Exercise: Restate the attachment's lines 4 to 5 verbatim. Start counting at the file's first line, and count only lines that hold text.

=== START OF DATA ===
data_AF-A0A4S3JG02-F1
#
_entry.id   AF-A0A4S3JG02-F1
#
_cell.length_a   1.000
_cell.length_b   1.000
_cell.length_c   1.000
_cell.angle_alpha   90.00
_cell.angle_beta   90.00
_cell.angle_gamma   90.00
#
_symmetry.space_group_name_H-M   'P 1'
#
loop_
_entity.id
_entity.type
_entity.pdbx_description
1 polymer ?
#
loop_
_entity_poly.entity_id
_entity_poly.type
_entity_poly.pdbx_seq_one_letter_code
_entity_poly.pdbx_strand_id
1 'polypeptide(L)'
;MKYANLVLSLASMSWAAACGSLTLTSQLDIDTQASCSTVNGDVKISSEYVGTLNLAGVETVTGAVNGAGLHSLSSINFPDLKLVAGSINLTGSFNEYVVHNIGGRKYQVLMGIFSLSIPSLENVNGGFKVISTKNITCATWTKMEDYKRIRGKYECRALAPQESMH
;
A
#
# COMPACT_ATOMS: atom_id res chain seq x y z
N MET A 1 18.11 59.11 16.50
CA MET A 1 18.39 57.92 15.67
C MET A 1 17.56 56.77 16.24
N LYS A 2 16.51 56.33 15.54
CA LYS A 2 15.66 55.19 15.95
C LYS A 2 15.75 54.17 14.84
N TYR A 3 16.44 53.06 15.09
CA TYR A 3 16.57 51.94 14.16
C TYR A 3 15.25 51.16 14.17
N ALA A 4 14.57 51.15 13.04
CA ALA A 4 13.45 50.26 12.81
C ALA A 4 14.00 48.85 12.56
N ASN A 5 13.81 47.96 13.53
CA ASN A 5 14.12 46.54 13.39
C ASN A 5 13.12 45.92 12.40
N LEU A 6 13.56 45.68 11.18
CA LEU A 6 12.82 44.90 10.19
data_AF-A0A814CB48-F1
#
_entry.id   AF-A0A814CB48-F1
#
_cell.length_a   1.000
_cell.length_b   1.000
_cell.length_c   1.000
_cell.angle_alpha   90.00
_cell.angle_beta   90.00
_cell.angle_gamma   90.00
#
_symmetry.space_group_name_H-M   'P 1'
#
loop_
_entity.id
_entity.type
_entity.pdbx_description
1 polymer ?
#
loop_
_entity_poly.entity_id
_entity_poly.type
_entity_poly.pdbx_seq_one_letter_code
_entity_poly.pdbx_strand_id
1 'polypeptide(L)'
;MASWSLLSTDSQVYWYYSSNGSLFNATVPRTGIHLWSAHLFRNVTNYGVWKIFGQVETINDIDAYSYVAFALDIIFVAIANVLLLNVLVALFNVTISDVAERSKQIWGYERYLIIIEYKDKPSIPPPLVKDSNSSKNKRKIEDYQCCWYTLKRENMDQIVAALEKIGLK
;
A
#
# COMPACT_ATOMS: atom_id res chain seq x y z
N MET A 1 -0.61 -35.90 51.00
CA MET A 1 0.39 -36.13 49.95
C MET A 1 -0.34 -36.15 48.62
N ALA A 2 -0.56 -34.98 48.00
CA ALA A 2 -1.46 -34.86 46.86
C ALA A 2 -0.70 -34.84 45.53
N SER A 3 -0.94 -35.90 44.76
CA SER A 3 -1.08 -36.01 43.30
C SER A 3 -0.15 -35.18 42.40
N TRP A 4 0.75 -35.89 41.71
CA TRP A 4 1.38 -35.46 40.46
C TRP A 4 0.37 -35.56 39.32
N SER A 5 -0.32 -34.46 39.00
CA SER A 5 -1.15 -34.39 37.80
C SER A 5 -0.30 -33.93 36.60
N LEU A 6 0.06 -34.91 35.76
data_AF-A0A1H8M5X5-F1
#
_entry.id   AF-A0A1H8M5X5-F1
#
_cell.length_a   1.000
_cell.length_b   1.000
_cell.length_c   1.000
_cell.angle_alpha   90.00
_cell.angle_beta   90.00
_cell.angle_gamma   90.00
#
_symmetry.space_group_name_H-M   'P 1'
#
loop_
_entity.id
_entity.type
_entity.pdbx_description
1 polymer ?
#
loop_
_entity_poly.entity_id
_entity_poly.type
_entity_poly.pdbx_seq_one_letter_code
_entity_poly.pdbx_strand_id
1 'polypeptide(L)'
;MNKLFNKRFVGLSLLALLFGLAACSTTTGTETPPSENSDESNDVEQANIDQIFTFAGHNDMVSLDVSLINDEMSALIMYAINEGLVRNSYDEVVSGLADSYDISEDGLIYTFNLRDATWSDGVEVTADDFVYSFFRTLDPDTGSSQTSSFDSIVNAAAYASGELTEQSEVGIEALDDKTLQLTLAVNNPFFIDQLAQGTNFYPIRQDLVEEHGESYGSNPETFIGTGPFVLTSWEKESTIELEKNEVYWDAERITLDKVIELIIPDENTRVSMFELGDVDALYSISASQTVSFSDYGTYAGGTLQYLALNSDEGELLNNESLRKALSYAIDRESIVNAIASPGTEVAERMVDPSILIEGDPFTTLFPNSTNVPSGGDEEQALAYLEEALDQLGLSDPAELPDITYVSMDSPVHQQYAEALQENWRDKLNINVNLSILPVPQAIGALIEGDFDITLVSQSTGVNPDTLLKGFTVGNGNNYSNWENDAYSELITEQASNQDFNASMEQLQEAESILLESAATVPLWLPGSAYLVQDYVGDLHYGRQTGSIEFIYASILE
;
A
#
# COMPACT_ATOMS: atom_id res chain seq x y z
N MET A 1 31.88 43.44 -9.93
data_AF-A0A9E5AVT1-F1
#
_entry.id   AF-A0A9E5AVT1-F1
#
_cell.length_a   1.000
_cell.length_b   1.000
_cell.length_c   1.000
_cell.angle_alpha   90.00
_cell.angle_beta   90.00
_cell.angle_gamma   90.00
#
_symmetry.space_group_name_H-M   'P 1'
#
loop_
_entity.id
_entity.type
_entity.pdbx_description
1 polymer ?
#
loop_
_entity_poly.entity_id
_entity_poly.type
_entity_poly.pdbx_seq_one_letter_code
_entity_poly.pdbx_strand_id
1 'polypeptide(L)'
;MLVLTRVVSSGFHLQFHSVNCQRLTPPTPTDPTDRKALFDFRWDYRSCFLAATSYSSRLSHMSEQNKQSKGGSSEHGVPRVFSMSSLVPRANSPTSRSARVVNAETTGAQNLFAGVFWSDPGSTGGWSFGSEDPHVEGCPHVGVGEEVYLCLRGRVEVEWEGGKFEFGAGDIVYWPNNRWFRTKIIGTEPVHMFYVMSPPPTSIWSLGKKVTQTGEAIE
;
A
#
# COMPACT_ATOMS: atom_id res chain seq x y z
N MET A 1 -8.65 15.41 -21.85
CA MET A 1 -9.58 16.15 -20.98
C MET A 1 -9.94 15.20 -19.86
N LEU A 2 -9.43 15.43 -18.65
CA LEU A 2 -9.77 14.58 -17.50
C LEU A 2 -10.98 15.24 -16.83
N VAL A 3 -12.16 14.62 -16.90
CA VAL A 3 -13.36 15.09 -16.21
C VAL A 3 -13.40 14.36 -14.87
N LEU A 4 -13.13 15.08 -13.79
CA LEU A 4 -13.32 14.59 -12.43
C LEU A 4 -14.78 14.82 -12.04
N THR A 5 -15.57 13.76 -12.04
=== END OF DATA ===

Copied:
#
_cell.length_a   1.000